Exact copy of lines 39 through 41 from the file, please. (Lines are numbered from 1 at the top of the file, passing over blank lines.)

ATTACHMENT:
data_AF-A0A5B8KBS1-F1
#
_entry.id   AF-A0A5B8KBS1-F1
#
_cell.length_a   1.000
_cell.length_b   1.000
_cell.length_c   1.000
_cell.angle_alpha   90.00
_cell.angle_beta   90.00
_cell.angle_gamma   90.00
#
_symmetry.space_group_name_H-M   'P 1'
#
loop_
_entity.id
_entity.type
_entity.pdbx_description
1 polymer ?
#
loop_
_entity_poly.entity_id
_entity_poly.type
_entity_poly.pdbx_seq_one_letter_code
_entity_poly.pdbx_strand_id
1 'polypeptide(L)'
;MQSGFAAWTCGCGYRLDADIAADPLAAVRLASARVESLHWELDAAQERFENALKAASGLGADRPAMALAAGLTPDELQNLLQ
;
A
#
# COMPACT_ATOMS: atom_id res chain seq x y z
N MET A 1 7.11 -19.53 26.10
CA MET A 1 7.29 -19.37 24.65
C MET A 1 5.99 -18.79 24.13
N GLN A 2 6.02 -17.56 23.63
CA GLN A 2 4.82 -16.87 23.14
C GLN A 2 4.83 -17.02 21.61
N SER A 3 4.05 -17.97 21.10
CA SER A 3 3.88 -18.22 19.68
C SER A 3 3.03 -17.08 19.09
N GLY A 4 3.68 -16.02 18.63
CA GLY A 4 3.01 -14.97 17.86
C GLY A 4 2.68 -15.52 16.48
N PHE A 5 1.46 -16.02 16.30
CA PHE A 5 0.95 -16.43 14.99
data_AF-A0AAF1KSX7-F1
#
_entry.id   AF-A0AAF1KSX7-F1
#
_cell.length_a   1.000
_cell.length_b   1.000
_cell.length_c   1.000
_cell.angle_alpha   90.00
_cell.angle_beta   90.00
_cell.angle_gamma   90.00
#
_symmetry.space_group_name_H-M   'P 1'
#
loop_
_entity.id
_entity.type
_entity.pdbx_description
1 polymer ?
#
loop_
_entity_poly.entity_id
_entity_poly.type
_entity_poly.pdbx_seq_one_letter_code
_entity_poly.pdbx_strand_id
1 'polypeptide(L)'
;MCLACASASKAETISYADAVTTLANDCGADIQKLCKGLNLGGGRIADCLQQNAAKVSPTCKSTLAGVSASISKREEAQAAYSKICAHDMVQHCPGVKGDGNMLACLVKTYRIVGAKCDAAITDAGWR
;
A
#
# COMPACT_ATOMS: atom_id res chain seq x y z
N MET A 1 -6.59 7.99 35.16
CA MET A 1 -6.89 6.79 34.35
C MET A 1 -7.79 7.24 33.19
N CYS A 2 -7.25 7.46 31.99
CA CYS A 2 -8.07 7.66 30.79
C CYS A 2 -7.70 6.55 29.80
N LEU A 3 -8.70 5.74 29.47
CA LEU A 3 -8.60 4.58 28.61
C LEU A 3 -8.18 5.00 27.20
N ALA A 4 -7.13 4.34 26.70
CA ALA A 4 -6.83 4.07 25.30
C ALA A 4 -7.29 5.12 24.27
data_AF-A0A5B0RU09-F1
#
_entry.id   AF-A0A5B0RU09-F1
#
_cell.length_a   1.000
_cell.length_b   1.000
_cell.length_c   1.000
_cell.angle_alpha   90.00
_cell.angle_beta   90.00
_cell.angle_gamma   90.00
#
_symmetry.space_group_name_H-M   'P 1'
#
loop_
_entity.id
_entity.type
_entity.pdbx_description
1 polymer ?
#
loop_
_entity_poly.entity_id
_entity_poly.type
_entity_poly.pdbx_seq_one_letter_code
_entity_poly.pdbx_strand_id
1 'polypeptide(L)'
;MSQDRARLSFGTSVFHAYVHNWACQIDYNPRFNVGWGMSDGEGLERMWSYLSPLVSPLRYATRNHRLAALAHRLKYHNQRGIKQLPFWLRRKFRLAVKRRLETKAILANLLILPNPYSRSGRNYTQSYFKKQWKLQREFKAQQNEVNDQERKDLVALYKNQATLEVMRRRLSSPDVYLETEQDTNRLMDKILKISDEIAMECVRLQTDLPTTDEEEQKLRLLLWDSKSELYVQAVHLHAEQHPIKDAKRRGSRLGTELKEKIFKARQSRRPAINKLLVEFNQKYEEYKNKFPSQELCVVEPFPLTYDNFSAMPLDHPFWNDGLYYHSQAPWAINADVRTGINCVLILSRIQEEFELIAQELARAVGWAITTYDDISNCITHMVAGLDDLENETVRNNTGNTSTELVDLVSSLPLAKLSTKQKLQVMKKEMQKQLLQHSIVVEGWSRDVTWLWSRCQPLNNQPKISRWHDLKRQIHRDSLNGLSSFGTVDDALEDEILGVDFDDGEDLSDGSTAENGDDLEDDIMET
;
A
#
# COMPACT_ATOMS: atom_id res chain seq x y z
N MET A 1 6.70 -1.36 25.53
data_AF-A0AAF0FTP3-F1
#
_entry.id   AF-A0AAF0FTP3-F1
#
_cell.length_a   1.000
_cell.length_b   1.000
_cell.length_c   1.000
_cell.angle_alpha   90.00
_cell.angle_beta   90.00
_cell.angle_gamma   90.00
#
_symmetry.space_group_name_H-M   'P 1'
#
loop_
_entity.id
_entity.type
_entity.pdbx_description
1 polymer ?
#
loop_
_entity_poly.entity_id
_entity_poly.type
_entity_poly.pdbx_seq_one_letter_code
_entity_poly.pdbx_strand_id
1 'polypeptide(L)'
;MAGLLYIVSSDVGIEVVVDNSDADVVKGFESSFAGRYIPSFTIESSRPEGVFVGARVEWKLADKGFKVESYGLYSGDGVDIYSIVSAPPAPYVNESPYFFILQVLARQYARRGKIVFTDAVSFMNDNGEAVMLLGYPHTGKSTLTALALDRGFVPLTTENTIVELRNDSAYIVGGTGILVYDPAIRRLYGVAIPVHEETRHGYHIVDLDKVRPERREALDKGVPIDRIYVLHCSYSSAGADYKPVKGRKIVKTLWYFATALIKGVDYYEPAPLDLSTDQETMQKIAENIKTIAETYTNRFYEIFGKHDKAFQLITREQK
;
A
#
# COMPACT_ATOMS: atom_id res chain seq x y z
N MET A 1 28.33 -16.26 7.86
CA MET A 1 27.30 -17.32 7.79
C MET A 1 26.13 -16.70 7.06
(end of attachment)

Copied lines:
C SER A 3 3.03 -17.08 19.09
N GLY A 4 3.68 -16.02 18.63
CA GLY A 4 3.01 -14.97 17.86